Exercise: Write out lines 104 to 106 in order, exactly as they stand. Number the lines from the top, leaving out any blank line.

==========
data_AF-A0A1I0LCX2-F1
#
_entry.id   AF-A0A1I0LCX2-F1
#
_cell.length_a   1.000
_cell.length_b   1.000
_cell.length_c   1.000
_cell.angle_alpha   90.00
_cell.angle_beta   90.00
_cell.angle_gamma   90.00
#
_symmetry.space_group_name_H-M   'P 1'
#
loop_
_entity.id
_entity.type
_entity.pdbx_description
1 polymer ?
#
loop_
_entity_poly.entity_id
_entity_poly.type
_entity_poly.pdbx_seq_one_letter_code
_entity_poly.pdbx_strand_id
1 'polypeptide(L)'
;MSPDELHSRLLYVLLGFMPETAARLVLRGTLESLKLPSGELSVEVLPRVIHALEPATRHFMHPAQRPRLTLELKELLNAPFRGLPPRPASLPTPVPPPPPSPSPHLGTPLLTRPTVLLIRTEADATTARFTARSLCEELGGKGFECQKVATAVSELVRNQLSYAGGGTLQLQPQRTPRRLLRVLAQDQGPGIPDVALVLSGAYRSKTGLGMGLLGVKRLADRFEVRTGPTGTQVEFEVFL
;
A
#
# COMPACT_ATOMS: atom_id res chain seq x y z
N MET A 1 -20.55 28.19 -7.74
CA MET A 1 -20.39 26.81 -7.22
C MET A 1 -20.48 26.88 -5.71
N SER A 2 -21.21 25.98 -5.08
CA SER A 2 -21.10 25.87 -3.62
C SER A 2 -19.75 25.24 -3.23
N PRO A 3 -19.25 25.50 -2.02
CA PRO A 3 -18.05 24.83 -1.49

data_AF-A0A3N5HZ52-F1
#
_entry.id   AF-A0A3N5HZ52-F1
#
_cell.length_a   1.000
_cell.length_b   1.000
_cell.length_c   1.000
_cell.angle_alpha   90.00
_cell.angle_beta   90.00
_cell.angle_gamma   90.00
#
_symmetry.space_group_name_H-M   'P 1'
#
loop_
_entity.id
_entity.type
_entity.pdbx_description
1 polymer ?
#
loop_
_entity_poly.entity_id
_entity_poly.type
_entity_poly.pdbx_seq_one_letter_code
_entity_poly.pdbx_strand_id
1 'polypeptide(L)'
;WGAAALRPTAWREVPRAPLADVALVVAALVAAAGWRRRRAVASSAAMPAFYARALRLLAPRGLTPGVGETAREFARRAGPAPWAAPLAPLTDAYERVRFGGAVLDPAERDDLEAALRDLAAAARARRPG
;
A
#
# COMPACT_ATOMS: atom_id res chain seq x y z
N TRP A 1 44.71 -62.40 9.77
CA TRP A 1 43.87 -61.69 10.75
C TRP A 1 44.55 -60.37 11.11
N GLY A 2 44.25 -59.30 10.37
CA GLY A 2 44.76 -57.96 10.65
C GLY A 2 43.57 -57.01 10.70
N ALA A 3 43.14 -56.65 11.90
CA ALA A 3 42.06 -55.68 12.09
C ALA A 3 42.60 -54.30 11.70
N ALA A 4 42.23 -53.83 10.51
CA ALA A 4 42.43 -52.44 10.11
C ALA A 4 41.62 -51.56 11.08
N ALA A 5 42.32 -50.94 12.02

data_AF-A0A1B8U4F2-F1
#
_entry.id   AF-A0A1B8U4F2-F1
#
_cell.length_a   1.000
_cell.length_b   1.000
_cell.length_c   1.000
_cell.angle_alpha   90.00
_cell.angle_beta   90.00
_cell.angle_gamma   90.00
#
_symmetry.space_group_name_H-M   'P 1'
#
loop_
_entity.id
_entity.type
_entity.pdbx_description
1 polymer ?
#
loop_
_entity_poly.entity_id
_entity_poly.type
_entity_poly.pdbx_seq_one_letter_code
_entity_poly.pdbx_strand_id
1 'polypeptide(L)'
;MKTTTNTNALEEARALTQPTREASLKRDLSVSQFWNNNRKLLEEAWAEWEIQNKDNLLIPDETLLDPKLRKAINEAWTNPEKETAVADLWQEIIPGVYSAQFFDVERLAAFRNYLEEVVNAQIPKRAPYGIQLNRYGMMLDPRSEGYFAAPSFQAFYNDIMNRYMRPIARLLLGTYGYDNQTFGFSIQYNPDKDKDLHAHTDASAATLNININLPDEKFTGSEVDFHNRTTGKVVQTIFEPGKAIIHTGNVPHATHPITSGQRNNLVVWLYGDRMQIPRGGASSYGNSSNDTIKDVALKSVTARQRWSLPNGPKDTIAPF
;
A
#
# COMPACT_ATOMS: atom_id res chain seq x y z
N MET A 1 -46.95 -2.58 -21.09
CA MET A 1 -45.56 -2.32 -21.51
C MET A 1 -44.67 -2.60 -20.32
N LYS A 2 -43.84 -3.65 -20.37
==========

_entity_poly.pdbx_seq_one_letter_code
_entity_poly.pdbx_strand_id
1 'polypeptide(L)'